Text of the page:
Seven months have passed since reopening tourism in the Maldives.
So, how has this stunning archipelago nation readjusted to inbound travel? And what valuable lessons have been learned since 15 July 2020?
Here’s a 5-point, speed-read summary of the interview:
1) Tourism in the Maldives: Fast Facts
Located in the Indian Ocean, the Maldives comprises 1,192 islands across a total area of 90,000 sqkm. However, only 298 sqkm is dry land. The islands form a double chain of 26 atolls, and they span the equator.
Reopening tourism in the Maldives helped it to attract a creditable 555,494 arrivals across the 2020 calendar year. In 2021, it has set a target of 1.5 million visitors – not far short of the 1.7 million arrivals in 2019.
2) Local Island Experiences
Many travellers were previously unaware that there was an alternative style of Maldives holiday, says Ruth Franklin.
“Whilst that awareness has certainly grown over the last 10 years, there’s still a wide number of people that don’t appreciate that there’s an option to stay on a locally inhabited island in a guesthouse and experience everything that the Maldives has to offer, but perhaps at a more affordable price.”
When Secret Paradise Maldives started, there were only 23 registered guest houses in the Maldives. Now there are 349 approved properties across 52 islands. Prior to COVID-19, there were over 500 registered properties, accounting for 20% of the country’s bed capacity.
“Initially, properties were small, 6 to 8 bedrooms, probably converted from local homes into a bed and breakfast-style property, but now guest houses are purpose built and they include boutique style properties.”
3) Sustainability Really Matters
“Sustainability is really important to us,” says Ruth Franklin. “When we started, it was about employing local, staying local and using local services. As we have grown, that has developed into education of our team, our guests and our local communities.”
While the pandemic and a greater focus on the climate crisis will make many people stop and think about their travel choices, there is still an educational requirement, she says.
“People may consider how they travel in relation to protecting the environment, but not everyone actually understands the wider meaning of sustainability, where actually, sustainable tourism is driven by the stakeholders of the destination. And the Maldives really does have to rely on sustainability, or actions of sustainability, to ensure that it has a future.”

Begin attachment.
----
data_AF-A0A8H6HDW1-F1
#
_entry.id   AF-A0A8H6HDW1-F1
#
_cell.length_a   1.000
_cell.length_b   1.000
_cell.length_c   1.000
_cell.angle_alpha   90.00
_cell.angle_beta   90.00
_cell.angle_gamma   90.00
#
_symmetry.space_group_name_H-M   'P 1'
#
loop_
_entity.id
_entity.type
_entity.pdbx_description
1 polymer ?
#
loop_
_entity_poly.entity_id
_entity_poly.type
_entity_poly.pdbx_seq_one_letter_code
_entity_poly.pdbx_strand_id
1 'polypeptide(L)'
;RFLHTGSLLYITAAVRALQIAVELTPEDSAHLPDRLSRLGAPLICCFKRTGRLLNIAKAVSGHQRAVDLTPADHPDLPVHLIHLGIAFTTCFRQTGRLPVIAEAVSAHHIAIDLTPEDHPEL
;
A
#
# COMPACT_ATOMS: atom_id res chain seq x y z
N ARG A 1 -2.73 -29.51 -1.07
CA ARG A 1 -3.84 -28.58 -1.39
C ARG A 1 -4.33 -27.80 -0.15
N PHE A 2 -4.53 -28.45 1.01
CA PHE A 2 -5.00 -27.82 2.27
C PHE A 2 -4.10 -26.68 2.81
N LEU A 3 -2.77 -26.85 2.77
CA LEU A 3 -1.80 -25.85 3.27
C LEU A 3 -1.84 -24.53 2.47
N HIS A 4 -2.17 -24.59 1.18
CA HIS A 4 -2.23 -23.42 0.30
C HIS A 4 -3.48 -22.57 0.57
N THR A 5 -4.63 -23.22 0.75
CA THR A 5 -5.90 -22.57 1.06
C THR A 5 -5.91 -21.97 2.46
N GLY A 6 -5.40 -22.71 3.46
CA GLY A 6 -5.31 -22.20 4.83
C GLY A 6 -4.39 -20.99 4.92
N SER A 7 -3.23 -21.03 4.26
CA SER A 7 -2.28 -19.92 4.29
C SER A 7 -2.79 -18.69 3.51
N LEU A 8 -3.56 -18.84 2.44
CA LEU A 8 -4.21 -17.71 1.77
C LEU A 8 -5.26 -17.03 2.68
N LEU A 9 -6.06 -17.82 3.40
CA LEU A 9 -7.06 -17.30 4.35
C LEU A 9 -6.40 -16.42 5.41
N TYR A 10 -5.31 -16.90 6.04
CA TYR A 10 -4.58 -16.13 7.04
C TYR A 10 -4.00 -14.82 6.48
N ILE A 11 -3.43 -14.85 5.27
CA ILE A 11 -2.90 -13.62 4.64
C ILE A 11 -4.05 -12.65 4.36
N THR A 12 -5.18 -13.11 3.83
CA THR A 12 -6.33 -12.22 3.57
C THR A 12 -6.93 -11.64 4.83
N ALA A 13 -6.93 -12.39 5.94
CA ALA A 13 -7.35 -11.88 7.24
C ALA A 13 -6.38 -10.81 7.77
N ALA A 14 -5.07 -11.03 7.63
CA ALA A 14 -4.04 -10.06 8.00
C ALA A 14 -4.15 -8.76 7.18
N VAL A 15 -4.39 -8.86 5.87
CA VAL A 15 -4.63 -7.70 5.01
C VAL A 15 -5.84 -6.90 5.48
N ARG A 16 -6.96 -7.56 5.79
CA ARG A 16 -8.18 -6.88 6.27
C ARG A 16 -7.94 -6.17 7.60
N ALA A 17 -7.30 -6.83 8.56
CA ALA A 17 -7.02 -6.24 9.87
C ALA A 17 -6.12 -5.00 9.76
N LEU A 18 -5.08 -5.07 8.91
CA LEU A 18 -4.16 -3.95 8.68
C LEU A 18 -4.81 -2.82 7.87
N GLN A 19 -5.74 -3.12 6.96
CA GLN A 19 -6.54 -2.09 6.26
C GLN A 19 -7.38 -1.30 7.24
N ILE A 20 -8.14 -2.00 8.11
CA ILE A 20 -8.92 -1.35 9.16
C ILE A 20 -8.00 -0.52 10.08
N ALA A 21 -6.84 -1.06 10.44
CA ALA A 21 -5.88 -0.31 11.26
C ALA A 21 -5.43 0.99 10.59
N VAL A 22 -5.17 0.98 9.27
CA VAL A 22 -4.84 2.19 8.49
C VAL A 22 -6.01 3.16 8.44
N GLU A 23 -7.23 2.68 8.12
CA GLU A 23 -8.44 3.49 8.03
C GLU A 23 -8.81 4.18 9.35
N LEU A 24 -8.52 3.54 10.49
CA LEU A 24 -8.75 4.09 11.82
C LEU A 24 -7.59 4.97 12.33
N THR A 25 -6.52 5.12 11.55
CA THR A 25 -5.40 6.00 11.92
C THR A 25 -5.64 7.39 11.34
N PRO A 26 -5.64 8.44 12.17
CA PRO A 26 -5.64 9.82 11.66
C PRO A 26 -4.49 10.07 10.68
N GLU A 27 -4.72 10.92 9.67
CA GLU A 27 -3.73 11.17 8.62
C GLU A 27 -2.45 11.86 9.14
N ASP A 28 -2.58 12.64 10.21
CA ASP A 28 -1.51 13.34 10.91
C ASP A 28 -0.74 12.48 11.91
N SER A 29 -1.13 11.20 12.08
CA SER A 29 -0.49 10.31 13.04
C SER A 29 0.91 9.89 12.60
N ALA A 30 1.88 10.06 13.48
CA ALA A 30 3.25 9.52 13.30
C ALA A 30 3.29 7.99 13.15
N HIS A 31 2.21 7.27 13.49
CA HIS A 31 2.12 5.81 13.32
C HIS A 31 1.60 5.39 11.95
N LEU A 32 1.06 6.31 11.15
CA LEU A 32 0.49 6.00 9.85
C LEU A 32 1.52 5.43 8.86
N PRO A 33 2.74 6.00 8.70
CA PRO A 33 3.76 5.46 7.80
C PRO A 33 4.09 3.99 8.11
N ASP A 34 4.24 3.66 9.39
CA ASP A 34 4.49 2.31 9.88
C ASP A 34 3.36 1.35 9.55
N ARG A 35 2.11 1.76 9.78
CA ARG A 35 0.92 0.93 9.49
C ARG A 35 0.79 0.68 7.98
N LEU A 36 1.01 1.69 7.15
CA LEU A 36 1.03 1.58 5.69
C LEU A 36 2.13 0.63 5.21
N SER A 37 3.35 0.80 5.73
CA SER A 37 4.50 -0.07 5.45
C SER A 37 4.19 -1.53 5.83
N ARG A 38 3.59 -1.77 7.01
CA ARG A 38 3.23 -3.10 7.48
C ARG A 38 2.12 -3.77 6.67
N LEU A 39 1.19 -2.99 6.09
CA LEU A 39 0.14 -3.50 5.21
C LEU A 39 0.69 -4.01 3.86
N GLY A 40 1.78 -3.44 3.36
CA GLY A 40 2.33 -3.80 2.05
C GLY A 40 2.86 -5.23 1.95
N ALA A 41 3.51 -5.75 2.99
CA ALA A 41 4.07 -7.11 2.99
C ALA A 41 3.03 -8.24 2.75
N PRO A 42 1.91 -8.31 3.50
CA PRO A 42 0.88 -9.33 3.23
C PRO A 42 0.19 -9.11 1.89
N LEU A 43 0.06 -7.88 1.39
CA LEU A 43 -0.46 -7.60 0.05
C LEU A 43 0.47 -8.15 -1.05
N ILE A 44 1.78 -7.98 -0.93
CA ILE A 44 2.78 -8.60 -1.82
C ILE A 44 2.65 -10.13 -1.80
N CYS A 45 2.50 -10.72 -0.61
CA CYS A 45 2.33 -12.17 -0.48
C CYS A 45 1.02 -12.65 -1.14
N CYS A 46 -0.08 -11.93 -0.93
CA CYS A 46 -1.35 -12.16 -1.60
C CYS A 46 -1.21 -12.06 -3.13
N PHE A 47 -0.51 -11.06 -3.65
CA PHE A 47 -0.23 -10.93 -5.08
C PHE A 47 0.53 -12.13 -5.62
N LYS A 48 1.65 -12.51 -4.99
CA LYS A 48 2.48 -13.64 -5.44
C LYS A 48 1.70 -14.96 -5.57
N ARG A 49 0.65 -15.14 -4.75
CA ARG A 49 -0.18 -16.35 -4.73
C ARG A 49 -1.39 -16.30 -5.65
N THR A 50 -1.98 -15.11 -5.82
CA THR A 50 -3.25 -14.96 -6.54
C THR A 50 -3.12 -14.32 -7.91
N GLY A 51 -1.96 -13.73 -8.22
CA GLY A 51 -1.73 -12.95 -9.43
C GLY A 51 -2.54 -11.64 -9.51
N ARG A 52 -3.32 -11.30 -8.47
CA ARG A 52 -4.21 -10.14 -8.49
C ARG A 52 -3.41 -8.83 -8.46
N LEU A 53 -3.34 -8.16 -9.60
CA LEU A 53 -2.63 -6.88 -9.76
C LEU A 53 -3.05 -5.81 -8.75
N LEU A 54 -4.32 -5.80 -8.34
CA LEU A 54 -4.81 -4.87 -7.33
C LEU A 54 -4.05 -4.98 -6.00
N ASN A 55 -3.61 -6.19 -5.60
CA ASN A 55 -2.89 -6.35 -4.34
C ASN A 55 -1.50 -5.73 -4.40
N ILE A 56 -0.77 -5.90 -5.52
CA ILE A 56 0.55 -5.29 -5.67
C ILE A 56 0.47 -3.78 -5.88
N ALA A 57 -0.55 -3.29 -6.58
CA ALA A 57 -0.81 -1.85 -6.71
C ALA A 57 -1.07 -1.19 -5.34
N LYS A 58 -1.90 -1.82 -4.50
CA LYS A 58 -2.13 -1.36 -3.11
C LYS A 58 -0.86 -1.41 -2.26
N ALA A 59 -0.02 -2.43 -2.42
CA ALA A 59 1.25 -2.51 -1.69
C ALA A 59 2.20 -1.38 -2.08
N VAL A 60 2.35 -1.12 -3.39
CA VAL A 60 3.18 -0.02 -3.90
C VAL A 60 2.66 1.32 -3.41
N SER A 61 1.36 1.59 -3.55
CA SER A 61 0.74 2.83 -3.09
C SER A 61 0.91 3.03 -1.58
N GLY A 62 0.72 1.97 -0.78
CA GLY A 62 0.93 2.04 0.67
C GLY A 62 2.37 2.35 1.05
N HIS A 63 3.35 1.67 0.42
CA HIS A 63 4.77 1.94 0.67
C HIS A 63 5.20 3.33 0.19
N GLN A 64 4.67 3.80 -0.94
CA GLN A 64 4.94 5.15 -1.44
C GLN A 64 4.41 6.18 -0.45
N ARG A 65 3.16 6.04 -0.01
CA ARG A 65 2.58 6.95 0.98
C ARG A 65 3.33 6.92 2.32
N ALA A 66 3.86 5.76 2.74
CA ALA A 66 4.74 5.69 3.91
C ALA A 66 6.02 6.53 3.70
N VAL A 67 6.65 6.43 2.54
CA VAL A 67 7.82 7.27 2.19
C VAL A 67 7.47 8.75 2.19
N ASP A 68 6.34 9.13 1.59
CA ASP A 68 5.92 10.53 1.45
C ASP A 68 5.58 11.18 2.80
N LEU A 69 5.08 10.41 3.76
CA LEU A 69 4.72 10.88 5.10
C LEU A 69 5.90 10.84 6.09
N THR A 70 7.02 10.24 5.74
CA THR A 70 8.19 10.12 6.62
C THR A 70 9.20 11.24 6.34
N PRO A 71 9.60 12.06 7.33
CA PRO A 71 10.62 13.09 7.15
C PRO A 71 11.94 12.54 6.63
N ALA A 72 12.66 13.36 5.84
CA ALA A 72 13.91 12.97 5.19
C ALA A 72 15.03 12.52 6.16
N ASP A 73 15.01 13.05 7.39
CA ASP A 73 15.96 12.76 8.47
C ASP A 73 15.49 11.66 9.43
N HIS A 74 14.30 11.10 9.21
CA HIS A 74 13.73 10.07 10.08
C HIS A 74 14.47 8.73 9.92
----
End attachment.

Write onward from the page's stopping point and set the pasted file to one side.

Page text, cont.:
“The Maldives really does have to rely on sustainability, or actions of sustainability, to ensure that it has a future.”
The company works with local NGOs to protect the environment and support local initiatives.
“This has given us the opportunity to ensure our guests have the opportunity to give back, which may be getting involved in a beach clean. It may be about working on a coral nursery, or even planting coral. It could be about understanding why seagrass and mangroves are important to island nations such as the Maldives.”
4) Testing, Testing, Testing
When the Maldives reopened in July, there was no requirement for a negative RT-PCR test. This decision was changed in August.
“It was definitely the right decision to make. It was probably a hard decision. Any decisions that any government or tourism body are having to make are difficult decisions at this moment in time. But it needed to happen… I think there was a turning point of it being an acceptance as opposed to it being detrimental to people arriving into the Maldives.”
For tourists staying on a resort, some resorts have implemented their own PCR testing scheme. From a mandatory point of view, guests that stay on local islands are required to have a PCR test prior to departure, and that’s about protecting the local communities.
“For tourists staying on a resort, some resorts have implemented their own PCR testing scheme.”
“In terms of testing, it’s definitely key to minimising the risk and having an awareness that if there’s a positive case, it can be reacted to and the appropriate actions can be taken in order to limit the risk of everybody else on that particular island or in that particular hotel.”
5) Vaccinations & Vaccine Tourism
COVID-19 inoculations began on 1 February. The initial focus was on frontline workers and high-risk categories, but tourism is being prioritised among the ‘frontline workers’ category.
“On 4 February, the Tourism Employee Programme was launched with an aim of vaccinating 10,000 tourism employees. Just over 50,000 individuals had been vaccinated by 16 February, of which 78% were people living in the capital Male.”
So, could Vaccine Tourism be on the horizon?
“The tourism minister has highlighted that vaccine tourism would be explored, but for the moment the priority is getting 100% of the population vaccinated so you know, potentially, for the future it could be in an avenue.”
Ruth Franklin is Co-founder of Secret Paradise Maldives, which helps guests explore off-the-beaten-path locations and connect with local communities, beyond the beaches, white sands and luxury resorts.